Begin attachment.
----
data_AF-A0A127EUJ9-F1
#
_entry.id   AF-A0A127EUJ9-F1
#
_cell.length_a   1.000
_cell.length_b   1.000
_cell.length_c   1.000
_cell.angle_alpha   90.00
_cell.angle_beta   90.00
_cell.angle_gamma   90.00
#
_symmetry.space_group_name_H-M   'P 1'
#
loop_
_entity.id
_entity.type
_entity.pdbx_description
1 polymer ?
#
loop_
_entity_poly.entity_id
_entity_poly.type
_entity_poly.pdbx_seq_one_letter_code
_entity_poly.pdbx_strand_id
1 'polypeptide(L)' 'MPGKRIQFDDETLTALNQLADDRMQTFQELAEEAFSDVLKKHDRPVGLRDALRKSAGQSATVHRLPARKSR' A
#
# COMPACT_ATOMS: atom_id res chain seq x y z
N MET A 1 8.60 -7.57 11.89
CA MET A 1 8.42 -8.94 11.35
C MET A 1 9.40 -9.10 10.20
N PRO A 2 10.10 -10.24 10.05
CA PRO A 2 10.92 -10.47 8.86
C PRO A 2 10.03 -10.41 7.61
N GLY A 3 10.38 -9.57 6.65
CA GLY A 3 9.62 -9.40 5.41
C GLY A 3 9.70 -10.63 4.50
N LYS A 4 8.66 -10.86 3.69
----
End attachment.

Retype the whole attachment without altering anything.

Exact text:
data_AF-A0A127EUJ9-F1
#
_entry.id   AF-A0A127EUJ9-F1
#
_cell.length_a   1.000
_cell.length_b   1.000
_cell.length_c   1.000
_cell.angle_alpha   90.00
_cell.angle_beta   90.00
_cell.angle_gamma   90.00
#
_symmetry.space_group_name_H-M   'P 1'
#
loop_
_entity.id
_entity.type
_entity.pdbx_description
1 polymer ?
#
loop_
_entity_poly.entity_id
_entity_poly.type
_entity_poly.pdbx_seq_one_letter_code
_entity_poly.pdbx_strand_id
1 'polypeptide(L)' 'MPGKRIQFDDETLTALNQLADDRMQTFQELAEEAFSDVLKKHDRPVGLRDALRKSAGQSATVHRLPARKSR' A
#
# COMPACT_ATOMS: atom_id res chain seq x y z
N MET A 1 8.60 -7.57 11.89
CA MET A 1 8.42 -8.94 11.35
C MET A 1 9.40 -9.10 10.20
N PRO A 2 10.10 -10.24 10.05
CA PRO A 2 10.92 -10.47 8.86
C PRO A 2 10.03 -10.41 7.61
N GLY A 3 10.38 -9.57 6.65
CA GLY A 3 9.62 -9.40 5.41
C GLY A 3 9.70 -10.63 4.50
N LYS A 4 8.66 -10.86 3.69